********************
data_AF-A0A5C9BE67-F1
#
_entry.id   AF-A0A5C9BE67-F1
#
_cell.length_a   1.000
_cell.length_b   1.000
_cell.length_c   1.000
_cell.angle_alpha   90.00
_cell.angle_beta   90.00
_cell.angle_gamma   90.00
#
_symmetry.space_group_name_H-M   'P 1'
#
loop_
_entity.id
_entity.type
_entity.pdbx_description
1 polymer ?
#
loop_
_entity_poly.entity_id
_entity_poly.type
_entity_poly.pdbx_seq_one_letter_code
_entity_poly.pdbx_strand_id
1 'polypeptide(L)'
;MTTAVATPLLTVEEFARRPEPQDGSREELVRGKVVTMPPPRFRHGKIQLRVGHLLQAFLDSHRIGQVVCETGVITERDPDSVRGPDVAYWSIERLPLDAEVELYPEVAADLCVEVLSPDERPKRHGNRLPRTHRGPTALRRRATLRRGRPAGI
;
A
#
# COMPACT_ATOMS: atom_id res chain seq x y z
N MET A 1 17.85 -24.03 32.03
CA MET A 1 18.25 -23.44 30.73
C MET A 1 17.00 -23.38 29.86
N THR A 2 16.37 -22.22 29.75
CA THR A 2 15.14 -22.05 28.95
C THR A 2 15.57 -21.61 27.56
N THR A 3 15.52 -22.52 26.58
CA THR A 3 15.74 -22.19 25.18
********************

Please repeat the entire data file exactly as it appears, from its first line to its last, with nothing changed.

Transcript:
data_AF-A0A5C9BE67-F1
#
_entry.id   AF-A0A5C9BE67-F1
#
_cell.length_a   1.000
_cell.length_b   1.000
_cell.length_c   1.000
_cell.angle_alpha   90.00
_cell.angle_beta   90.00
_cell.angle_gamma   90.00
#
_symmetry.space_group_name_H-M   'P 1'
#
loop_
_entity.id
_entity.type
_entity.pdbx_description
1 polymer ?
#
loop_
_entity_poly.entity_id
_entity_poly.type
_entity_poly.pdbx_seq_one_letter_code
_entity_poly.pdbx_strand_id
1 'polypeptide(L)'
;MTTAVATPLLTVEEFARRPEPQDGSREELVRGKVVTMPPPRFRHGKIQLRVGHLLQAFLDSHRIGQVVCETGVITERDPDSVRGPDVAYWSIERLPLDAEVELYPEVAADLCVEVLSPDERPKRHGNRLPRTHRGPTALRRRATLRRGRPAGI
;
A
#
# COMPACT_ATOMS: atom_id res chain seq x y z
N MET A 1 17.85 -24.03 32.03
CA MET A 1 18.25 -23.44 30.73
C MET A 1 17.00 -23.38 29.86
N THR A 2 16.37 -22.22 29.75
CA THR A 2 15.14 -22.05 28.95
C THR A 2 15.57 -21.61 27.56
N THR A 3 15.52 -22.52 26.58
CA THR A 3 15.74 -22.19 25.18